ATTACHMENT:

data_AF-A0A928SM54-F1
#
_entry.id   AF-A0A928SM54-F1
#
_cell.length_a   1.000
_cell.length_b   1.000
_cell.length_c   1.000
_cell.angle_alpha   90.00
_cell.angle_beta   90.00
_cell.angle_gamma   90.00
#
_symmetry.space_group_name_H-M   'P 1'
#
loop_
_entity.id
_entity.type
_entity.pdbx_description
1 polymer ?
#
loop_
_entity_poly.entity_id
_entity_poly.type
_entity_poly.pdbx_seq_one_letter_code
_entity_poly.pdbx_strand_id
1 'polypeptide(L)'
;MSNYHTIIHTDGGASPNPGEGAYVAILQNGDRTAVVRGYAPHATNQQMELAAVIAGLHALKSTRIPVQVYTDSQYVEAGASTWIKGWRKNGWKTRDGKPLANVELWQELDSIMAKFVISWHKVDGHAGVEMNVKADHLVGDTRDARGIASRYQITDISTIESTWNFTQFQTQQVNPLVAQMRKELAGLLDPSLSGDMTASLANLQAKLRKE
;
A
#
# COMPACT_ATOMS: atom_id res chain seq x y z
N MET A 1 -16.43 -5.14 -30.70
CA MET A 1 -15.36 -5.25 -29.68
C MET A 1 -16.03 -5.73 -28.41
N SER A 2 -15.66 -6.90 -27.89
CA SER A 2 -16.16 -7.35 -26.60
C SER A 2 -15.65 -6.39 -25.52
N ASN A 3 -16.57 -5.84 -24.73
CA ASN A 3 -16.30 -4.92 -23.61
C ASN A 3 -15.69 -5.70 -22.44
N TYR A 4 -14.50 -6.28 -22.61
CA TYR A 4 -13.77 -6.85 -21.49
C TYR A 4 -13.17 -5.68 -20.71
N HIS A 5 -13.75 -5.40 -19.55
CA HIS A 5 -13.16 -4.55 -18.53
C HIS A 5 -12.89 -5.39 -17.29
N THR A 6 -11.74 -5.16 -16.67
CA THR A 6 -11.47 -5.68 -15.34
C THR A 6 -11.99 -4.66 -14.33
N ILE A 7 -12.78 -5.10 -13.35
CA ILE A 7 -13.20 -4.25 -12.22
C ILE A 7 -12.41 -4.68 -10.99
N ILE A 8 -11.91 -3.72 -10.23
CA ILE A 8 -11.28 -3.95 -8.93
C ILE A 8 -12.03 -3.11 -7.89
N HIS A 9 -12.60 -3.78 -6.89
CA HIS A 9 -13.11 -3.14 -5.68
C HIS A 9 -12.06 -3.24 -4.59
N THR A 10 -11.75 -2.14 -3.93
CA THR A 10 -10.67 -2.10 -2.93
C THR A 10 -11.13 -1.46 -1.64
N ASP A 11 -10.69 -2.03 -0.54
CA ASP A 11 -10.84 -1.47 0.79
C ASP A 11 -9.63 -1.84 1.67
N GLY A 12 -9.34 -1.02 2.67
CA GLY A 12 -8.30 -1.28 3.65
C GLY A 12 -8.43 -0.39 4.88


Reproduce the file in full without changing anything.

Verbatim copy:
data_AF-A0A928SM54-F1
#
_entry.id   AF-A0A928SM54-F1
#
_cell.length_a   1.000
_cell.length_b   1.000
_cell.length_c   1.000
_cell.angle_alpha   90.00
_cell.angle_beta   90.00
_cell.angle_gamma   90.00
#
_symmetry.space_group_name_H-M   'P 1'
#
loop_
_entity.id
_entity.type
_entity.pdbx_description
1 polymer ?
#
loop_
_entity_poly.entity_id
_entity_poly.type
_entity_poly.pdbx_seq_one_letter_code
_entity_poly.pdbx_strand_id
1 'polypeptide(L)'
;MSNYHTIIHTDGGASPNPGEGAYVAILQNGDRTAVVRGYAPHATNQQMELAAVIAGLHALKSTRIPVQVYTDSQYVEAGASTWIKGWRKNGWKTRDGKPLANVELWQELDSIMAKFVISWHKVDGHAGVEMNVKADHLVGDTRDARGIASRYQITDISTIESTWNFTQFQTQQVNPLVAQMRKELAGLLDPSLSGDMTASLANLQAKLRKE
;
A
#
# COMPACT_ATOMS: atom_id res chain seq x y z
N MET A 1 -16.43 -5.14 -30.70
CA MET A 1 -15.36 -5.25 -29.68
C MET A 1 -16.03 -5.73 -28.41
N SER A 2 -15.66 -6.90 -27.89
CA SER A 2 -16.16 -7.35 -26.60
C SER A 2 -15.65 -6.39 -25.52
N ASN A 3 -16.57 -5.84 -24.73
CA ASN A 3 -16.30 -4.92 -23.61
C ASN A 3 -15.69 -5.70 -22.44
N TYR A 4 -14.50 -6.28 -22.61
CA TYR A 4 -13.77 -6.85 -21.49
C TYR A 4 -13.17 -5.68 -20.71
N HIS A 5 -13.75 -5.40 -19.55
CA HIS A 5 -13.16 -4.55 -18.53
C HIS A 5 -12.89 -5.39 -17.29
N THR A 6 -11.74 -5.16 -16.67
CA THR A 6 -11.47 -5.68 -15.34
C THR A 6 -11.99 -4.66 -14.33
N ILE A 7 -12.78 -5.10 -13.35
CA ILE A 7 -13.20 -4.25 -12.22
C ILE A 7 -12.41 -4.68 -10.99
N ILE A 8 -11.91 -3.72 -10.23
CA ILE A 8 -11.28 -3.95 -8.93
C ILE A 8 -12.03 -3.11 -7.89
N HIS A 9 -12.60 -3.78 -6.89
CA HIS A 9 -13.11 -3.14 -5.68
C HIS A 9 -12.06 -3.24 -4.59
N THR A 10 -11.75 -2.14 -3.93
CA THR A 10 -10.67 -2.10 -2.93
C THR A 10 -11.13 -1.46 -1.64
N ASP A 11 -10.69 -2.03 -0.54
CA ASP A 11 -10.84 -1.47 0.79
C ASP A 11 -9.63 -1.84 1.67
N GLY A 12 -9.34 -1.02 2.67
CA GLY A 12 -8.30 -1.28 3.65
C GLY A 12 -8.43 -0.39 4.88